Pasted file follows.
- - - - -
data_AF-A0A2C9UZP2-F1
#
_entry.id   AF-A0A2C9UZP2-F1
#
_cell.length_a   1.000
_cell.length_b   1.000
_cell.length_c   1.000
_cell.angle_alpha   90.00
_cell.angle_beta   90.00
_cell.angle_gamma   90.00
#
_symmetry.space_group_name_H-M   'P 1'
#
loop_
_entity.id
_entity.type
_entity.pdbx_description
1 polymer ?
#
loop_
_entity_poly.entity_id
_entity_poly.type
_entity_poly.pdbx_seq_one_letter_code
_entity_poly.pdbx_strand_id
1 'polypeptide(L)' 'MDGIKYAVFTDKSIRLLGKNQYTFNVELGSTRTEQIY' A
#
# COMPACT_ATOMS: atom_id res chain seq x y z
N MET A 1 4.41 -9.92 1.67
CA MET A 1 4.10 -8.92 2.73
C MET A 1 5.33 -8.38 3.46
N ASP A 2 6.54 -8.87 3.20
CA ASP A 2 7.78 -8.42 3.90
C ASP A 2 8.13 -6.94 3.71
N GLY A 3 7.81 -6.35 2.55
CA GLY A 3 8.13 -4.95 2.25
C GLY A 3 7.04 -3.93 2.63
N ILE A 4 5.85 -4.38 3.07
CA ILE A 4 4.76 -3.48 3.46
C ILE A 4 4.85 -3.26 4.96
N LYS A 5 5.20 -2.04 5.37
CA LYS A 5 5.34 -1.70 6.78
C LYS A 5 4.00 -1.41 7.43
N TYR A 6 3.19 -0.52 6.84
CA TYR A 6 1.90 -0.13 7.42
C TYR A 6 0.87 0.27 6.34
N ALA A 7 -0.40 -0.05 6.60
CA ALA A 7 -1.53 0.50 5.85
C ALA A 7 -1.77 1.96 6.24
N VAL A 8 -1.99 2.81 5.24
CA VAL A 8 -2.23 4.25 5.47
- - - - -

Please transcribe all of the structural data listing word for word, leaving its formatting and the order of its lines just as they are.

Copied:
data_AF-A0A2C9UZP2-F1
#
_entry.id   AF-A0A2C9UZP2-F1
#
_cell.length_a   1.000
_cell.length_b   1.000
_cell.length_c   1.000
_cell.angle_alpha   90.00
_cell.angle_beta   90.00
_cell.angle_gamma   90.00
#
_symmetry.space_group_name_H-M   'P 1'
#
loop_
_entity.id
_entity.type
_entity.pdbx_description
1 polymer ?
#
loop_
_entity_poly.entity_id
_entity_poly.type
_entity_poly.pdbx_seq_one_letter_code
_entity_poly.pdbx_strand_id
1 'polypeptide(L)' 'MDGIKYAVFTDKSIRLLGKNQYTFNVELGSTRTEQIY' A
#
# COMPACT_ATOMS: atom_id res chain seq x y z
N MET A 1 4.41 -9.92 1.67
CA MET A 1 4.10 -8.92 2.73
C MET A 1 5.33 -8.38 3.46
N ASP A 2 6.54 -8.87 3.20
CA ASP A 2 7.78 -8.42 3.90
C ASP A 2 8.13 -6.94 3.71
N GLY A 3 7.81 -6.35 2.55
CA GLY A 3 8.13 -4.95 2.25
C GLY A 3 7.04 -3.93 2.63
N ILE A 4 5.85 -4.38 3.07
CA ILE A 4 4.76 -3.48 3.46
C ILE A 4 4.85 -3.26 4.96
N LYS A 5 5.20 -2.04 5.37
CA LYS A 5 5.34 -1.70 6.78
C LYS A 5 4.00 -1.41 7.43
N TYR A 6 3.19 -0.52 6.84
CA TYR A 6 1.90 -0.13 7.42
C TYR A 6 0.87 0.27 6.34
N ALA A 7 -0.40 -0.05 6.60
CA ALA A 7 -1.53 0.50 5.85
C ALA A 7 -1.77 1.96 6.24
N VAL A 8 -1.99 2.81 5.24
CA VAL A 8 -2.23 4.25 5.47